Since the introduction of 'green bags' to Australian supermarkets in 2002 – and Tim Minchin's 2005 hit 'canvas bags', where the Aussie comedian got the things stuck in everyone's heads – reusable bags have become part of our daily existence. A 2010 CHOICE online reader survey found 62% of respondents use green bags or other reusable bags as their main shopping bag.

These days, there are plenty of sustainable options available to shoppers looking to minimise their environmental impact. The tricky part is, once you look past the presentation, not all of them are as green as they first appear to be. We looked into the issue to find the best sustainable bag option for shoppers and for the environment.

Which bag is best for the environment?

Peter Allan (no, not that one), Principal Consultant at Hyder Consulting, authored numerous studies for the government on the impact of plastic bags, including reports advising which system would be kindest to the environment. This research involved a lifecycle assessment of bag options, including energy and water use, materials consumption, litter and marine impacts across the life of a bag. The analysis found that:

  • Overall, a reusable bag is a better option for the environment than bags with between one and three typical uses. "Given the popularity of the green bags, we needed to test whether reusable was better for the environment and this was comprehensively proven – but only so long as you use it repeatedly over a long period," says Allan.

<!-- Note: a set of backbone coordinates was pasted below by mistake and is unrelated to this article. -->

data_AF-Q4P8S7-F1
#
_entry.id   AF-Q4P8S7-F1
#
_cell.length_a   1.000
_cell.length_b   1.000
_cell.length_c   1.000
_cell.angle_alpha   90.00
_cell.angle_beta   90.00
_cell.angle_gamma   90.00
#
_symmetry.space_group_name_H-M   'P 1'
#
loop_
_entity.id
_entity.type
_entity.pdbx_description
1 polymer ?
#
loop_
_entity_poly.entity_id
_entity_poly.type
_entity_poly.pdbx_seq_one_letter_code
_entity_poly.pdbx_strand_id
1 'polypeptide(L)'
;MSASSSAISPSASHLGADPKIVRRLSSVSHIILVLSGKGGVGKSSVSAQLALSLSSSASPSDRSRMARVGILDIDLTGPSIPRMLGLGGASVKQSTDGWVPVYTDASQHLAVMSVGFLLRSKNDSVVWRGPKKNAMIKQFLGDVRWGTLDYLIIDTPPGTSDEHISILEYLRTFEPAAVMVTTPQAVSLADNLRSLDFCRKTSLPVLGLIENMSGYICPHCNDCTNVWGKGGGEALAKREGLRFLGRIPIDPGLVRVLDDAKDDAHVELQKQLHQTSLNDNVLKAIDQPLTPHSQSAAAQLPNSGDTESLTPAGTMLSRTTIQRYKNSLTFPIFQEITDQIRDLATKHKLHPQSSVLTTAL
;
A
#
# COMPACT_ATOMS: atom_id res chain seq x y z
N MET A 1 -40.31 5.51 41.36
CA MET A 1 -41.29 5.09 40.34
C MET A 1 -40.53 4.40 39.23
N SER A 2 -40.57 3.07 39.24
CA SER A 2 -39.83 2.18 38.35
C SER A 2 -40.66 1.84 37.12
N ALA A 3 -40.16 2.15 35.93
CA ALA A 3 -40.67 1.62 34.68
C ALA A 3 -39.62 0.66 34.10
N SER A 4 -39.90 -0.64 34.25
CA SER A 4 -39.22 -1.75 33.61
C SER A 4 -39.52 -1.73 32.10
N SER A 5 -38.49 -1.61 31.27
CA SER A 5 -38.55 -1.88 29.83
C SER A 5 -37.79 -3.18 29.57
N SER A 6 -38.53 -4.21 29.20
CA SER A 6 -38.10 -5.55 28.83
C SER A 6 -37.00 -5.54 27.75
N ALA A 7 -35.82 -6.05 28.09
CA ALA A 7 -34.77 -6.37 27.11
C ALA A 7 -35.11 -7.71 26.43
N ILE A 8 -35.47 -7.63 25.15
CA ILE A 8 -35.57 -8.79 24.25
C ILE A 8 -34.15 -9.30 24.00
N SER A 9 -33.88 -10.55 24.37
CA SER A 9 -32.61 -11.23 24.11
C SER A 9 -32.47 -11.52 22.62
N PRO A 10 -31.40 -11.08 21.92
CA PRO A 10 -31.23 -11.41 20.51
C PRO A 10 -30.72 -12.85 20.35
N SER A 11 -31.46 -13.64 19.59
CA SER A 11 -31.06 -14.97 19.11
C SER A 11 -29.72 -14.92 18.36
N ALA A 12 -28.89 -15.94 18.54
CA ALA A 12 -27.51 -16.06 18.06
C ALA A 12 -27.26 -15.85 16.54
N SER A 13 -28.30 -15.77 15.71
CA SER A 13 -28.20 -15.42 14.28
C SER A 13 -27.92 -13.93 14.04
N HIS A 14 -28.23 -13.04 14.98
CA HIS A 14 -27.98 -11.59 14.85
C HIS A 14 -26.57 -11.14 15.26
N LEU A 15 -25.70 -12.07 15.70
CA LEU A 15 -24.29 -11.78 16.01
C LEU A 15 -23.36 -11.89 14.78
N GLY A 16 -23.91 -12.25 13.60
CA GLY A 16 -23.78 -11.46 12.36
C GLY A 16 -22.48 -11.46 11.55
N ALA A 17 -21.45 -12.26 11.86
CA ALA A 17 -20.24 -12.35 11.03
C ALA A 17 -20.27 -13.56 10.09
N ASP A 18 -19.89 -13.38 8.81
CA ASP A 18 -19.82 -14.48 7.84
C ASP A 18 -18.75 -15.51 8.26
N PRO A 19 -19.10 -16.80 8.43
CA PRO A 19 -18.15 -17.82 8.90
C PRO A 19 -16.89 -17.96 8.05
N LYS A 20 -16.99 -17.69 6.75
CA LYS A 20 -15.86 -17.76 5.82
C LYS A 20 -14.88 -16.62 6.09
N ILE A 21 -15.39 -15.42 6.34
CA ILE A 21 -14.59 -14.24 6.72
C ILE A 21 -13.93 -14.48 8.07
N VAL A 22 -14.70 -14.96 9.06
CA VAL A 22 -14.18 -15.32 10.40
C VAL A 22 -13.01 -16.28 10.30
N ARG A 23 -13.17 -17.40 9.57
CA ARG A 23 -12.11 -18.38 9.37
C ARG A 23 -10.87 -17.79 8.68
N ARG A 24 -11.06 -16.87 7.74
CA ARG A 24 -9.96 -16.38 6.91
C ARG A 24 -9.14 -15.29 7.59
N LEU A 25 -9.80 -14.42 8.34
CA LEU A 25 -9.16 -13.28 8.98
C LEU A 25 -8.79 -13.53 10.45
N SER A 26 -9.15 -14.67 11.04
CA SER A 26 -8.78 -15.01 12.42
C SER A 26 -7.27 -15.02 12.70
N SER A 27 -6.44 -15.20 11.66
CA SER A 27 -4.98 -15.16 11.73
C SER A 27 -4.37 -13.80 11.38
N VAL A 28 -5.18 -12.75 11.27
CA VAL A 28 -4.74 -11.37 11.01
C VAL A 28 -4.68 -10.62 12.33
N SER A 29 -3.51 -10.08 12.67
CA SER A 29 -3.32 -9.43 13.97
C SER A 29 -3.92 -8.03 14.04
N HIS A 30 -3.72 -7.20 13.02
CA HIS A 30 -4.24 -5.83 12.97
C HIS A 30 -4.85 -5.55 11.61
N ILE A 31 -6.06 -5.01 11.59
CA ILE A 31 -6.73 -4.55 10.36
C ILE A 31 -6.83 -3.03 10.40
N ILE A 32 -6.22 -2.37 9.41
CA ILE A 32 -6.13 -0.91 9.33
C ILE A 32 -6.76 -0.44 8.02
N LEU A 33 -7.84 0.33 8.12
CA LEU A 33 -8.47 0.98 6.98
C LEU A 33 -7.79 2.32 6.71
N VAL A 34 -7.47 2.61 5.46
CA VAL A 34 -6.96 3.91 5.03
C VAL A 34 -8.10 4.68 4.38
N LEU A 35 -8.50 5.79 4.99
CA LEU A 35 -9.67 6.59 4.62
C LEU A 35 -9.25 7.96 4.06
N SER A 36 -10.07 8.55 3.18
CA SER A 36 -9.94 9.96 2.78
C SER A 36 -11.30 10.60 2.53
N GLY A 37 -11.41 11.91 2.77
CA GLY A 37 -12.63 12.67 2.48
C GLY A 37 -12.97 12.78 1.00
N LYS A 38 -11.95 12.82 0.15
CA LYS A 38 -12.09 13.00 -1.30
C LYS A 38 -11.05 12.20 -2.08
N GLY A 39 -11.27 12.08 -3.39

• A green bag has to be used more than 23 times before it becomes a better option than single-use bags.
  • Of the range of reusable bag types tested, the most environmentally-friendly option was the 100% recycled content PET reusable bag, closely followed by the reusable green bag.
  • Calico bags aren't recommended, because of the amount of water used to make them.

Which is the best single-use bag?

On days when you've forgotten to bring your reusable shopping bag and you just can't face buying yet another one to add to your collection, you'll probably end up with a single-use plastic bag. If you buy bin liners, you're also buying single-use plastic bags. Of these, recycled high-density polyethylene (HDPE) bags come out best for their low environmental impact, with paper and biodegradable starch bags at the bottom of the list. 

"Both biodegradable and paper bags use more energy and materials than thin plastic bags to make," says Allan. "And there is little advantage in biodegradable and degradable bags, because most bags end up in landfill where there is no benefit to breaking down – they just create more methane and a less stable landfill site."

Know your bags

Biodegradable: These bags are made from plastic that meets the Australian Standard for biodegradability, and breaks down or composts into carbon dioxide, methane, biomass and water. They're generally made of corn starch or other plant material.